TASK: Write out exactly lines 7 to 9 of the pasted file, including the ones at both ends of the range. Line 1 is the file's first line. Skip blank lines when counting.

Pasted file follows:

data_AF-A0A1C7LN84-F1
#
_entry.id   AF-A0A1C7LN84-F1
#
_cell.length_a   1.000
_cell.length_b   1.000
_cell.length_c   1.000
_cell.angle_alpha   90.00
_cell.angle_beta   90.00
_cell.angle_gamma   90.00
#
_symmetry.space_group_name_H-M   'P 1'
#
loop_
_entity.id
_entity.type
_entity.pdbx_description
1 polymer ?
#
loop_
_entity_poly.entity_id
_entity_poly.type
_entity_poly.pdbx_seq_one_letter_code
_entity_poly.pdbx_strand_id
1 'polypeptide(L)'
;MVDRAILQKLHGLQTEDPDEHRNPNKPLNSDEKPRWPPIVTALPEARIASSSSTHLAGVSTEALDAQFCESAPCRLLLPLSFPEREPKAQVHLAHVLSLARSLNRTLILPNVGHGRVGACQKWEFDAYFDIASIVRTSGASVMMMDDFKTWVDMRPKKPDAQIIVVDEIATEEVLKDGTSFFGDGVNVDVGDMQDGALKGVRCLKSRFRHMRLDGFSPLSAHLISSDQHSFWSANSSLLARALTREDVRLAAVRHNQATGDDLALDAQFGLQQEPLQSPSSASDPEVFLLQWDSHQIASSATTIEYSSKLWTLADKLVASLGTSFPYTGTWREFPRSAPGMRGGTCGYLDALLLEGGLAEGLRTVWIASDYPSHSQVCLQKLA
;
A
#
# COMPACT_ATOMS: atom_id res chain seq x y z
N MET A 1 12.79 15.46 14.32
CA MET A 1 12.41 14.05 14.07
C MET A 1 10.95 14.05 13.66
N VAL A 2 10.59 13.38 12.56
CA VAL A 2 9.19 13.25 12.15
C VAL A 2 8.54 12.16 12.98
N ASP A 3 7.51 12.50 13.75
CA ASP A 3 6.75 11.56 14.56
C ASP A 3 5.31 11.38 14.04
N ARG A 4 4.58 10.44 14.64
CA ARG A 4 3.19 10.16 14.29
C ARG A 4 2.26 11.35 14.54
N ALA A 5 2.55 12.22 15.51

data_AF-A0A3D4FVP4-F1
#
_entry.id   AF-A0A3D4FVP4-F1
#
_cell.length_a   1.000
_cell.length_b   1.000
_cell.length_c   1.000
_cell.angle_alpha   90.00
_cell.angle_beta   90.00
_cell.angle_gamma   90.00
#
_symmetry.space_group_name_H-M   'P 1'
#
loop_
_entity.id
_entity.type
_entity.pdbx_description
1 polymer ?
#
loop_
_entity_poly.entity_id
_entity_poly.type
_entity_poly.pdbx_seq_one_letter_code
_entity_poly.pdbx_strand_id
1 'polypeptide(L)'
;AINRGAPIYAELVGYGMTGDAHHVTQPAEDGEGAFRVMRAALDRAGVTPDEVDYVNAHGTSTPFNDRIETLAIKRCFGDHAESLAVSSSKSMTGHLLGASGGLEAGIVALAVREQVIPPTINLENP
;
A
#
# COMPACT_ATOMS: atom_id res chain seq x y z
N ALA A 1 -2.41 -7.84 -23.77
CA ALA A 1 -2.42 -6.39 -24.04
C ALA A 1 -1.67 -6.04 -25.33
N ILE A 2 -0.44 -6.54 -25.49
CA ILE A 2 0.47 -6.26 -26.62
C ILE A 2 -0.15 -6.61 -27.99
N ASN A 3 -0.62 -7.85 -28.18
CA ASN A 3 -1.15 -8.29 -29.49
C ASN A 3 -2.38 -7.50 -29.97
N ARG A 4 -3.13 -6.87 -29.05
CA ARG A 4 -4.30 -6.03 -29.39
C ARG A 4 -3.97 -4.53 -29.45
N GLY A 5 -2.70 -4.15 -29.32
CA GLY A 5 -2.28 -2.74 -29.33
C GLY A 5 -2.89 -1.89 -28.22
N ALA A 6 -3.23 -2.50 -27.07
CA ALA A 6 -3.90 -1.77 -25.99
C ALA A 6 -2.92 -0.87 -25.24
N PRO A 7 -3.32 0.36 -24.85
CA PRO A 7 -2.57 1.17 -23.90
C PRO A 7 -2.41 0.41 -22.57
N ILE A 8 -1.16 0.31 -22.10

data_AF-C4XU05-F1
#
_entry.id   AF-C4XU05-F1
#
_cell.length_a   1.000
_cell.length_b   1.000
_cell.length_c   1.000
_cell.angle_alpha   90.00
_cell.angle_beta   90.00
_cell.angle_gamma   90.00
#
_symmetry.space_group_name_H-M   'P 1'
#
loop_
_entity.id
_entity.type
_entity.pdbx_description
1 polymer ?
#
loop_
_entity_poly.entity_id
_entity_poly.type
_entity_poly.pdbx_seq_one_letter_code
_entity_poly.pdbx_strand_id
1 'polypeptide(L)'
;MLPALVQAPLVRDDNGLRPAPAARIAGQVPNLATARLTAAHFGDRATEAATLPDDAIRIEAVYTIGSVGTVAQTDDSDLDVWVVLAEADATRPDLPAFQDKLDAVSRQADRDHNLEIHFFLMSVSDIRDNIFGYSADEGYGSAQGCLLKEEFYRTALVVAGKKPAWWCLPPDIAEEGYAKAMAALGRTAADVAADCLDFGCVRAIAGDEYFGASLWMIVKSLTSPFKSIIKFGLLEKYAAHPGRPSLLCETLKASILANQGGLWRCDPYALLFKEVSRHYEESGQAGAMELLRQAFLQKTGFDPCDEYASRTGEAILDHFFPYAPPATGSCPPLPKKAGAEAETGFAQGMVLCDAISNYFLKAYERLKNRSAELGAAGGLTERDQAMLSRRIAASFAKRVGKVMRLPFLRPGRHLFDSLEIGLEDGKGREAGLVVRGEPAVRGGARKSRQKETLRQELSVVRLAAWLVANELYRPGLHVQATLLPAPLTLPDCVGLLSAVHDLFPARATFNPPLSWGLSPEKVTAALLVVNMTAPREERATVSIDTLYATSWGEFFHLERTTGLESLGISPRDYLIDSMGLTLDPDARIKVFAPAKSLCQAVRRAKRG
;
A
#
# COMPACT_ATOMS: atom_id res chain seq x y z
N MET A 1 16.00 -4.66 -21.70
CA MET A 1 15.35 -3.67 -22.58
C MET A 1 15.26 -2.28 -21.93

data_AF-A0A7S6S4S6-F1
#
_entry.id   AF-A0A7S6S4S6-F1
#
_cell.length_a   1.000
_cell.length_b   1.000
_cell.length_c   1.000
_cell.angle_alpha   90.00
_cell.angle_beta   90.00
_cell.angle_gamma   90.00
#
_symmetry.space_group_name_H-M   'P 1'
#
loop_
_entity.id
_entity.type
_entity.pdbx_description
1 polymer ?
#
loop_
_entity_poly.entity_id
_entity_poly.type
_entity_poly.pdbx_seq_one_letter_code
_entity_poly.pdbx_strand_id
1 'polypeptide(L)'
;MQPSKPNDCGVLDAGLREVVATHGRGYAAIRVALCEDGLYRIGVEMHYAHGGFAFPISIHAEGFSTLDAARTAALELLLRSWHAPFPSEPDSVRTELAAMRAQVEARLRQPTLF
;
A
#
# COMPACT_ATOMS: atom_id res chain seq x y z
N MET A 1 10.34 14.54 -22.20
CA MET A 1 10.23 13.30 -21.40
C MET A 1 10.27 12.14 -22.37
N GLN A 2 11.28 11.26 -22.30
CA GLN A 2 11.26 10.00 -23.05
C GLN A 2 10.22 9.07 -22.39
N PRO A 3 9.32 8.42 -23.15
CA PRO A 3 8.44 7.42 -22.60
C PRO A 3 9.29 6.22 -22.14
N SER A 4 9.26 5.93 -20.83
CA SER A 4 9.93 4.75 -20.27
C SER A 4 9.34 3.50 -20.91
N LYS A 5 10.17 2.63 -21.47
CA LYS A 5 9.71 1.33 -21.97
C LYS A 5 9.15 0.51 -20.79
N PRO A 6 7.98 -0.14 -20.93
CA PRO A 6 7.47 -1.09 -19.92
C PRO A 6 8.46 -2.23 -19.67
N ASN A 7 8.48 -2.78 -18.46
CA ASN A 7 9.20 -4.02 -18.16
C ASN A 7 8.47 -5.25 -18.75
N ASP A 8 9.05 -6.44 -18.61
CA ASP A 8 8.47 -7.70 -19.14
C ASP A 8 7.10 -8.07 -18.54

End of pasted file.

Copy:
_cell.length_c   1.000
_cell.angle_alpha   90.00
_cell.angle_beta   90.00